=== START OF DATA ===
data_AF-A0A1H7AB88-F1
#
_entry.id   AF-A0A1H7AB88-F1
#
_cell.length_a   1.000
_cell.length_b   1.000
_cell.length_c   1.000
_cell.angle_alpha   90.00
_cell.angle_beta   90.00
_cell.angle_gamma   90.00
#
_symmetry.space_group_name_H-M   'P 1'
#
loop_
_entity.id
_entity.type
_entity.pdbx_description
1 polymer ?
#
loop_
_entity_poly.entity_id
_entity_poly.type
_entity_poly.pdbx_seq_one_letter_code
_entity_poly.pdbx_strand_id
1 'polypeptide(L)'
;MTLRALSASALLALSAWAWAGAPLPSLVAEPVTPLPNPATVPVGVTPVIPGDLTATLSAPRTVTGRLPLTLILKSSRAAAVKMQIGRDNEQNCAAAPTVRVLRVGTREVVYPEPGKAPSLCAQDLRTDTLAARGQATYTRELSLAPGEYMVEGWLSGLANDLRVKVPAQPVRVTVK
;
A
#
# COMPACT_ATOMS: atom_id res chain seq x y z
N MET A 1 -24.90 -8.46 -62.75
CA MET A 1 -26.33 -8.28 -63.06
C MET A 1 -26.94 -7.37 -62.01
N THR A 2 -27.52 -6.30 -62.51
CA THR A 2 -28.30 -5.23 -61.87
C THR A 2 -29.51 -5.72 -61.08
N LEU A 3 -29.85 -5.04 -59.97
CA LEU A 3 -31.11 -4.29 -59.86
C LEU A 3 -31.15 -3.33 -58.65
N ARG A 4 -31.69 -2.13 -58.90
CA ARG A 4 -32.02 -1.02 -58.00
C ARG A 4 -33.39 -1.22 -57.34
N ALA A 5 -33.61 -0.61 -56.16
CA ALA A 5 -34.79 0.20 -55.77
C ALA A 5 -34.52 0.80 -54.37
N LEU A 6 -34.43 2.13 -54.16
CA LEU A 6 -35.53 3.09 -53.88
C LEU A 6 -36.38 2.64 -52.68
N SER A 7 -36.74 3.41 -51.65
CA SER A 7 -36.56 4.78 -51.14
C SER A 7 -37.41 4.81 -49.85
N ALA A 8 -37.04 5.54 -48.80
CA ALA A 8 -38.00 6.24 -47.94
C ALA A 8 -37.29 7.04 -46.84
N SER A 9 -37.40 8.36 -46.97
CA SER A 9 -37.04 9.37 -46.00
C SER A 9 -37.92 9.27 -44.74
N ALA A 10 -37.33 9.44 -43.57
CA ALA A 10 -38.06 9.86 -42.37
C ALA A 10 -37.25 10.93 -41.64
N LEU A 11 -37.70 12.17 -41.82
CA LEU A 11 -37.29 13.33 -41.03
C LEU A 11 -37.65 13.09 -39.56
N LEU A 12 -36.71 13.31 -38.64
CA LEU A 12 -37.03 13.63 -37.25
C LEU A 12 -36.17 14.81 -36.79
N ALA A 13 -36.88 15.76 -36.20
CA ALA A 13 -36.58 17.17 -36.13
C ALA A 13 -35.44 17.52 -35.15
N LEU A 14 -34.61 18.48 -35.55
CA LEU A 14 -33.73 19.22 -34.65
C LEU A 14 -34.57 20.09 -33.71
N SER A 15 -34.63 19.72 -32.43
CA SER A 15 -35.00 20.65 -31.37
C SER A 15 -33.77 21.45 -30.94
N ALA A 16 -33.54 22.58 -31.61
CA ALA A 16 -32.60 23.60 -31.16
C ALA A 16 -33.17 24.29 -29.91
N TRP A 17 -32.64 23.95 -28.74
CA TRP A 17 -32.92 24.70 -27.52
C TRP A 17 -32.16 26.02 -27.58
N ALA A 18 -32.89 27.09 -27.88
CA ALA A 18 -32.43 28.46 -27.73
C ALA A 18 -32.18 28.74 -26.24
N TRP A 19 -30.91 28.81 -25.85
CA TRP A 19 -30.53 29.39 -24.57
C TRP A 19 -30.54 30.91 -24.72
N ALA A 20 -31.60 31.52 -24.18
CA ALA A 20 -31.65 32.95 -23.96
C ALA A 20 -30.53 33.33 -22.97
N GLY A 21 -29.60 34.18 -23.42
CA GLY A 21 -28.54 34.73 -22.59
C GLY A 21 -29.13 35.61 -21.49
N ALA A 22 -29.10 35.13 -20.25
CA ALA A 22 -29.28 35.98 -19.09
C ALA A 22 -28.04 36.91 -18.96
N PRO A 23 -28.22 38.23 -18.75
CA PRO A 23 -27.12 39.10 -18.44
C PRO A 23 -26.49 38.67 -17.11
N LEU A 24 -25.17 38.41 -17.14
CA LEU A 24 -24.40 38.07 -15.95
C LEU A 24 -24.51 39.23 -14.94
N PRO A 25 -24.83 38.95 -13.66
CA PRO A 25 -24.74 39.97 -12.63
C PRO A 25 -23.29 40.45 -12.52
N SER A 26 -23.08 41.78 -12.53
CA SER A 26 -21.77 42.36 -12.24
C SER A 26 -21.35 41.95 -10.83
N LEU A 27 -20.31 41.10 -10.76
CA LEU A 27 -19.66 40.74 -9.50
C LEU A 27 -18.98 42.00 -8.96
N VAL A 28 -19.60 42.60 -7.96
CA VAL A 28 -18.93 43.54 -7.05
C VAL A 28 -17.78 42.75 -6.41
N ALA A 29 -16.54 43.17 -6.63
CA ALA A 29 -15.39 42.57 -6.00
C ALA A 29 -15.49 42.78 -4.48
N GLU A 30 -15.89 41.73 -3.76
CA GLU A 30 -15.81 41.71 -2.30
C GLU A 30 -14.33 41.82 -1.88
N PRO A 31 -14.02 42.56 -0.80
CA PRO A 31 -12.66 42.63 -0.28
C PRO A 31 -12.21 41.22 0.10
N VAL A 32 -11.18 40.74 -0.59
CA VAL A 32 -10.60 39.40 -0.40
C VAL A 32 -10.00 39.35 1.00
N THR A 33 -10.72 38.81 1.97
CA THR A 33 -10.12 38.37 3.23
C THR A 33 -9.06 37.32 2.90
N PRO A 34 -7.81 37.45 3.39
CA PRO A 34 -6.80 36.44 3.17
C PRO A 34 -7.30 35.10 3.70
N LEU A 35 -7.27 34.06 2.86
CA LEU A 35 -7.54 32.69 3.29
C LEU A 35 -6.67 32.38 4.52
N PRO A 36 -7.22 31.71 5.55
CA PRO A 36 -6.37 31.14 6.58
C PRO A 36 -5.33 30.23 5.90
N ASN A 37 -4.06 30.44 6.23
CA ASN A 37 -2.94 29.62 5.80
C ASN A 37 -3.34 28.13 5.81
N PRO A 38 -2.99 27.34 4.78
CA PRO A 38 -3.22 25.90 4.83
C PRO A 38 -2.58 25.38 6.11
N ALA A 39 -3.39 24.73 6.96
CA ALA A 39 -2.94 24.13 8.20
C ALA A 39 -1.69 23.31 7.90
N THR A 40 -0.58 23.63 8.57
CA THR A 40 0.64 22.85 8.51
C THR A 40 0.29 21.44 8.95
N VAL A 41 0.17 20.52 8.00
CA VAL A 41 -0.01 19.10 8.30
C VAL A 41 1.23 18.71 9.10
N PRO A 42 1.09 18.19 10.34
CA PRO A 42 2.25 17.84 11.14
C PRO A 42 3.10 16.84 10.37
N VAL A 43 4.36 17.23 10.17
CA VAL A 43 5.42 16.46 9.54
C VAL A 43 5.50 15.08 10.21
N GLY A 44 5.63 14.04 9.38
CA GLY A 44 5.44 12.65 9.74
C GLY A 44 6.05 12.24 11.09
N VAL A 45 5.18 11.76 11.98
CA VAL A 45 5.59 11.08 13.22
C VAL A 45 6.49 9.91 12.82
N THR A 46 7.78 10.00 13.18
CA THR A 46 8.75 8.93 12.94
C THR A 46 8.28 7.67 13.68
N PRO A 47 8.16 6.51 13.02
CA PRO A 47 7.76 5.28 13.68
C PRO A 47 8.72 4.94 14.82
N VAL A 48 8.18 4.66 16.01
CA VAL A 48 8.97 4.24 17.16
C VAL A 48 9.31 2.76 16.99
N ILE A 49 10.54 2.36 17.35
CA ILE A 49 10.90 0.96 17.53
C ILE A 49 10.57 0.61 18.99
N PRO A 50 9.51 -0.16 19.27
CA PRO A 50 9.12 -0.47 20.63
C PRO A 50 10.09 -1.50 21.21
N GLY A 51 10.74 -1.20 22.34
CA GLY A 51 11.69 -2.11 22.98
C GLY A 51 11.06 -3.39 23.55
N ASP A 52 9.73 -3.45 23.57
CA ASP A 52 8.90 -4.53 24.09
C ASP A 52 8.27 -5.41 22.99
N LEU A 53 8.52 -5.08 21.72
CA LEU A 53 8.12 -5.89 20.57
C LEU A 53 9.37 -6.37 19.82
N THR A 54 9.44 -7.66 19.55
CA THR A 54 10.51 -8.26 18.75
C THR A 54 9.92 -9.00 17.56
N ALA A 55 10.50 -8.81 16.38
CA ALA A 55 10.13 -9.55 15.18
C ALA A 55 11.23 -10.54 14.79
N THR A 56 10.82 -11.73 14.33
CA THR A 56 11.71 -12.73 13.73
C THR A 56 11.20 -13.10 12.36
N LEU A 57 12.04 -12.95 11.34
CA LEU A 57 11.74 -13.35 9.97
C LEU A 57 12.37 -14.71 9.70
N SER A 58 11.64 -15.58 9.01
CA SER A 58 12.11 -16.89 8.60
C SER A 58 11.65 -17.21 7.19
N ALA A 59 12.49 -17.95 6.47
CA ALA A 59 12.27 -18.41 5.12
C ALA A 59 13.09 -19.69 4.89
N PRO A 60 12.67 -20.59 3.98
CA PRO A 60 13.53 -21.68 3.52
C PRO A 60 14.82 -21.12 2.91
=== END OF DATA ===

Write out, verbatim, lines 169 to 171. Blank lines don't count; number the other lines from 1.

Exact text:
N PRO A 47 8.16 6.51 13.02
CA PRO A 47 7.76 5.28 13.68
C PRO A 47 8.72 4.94 14.82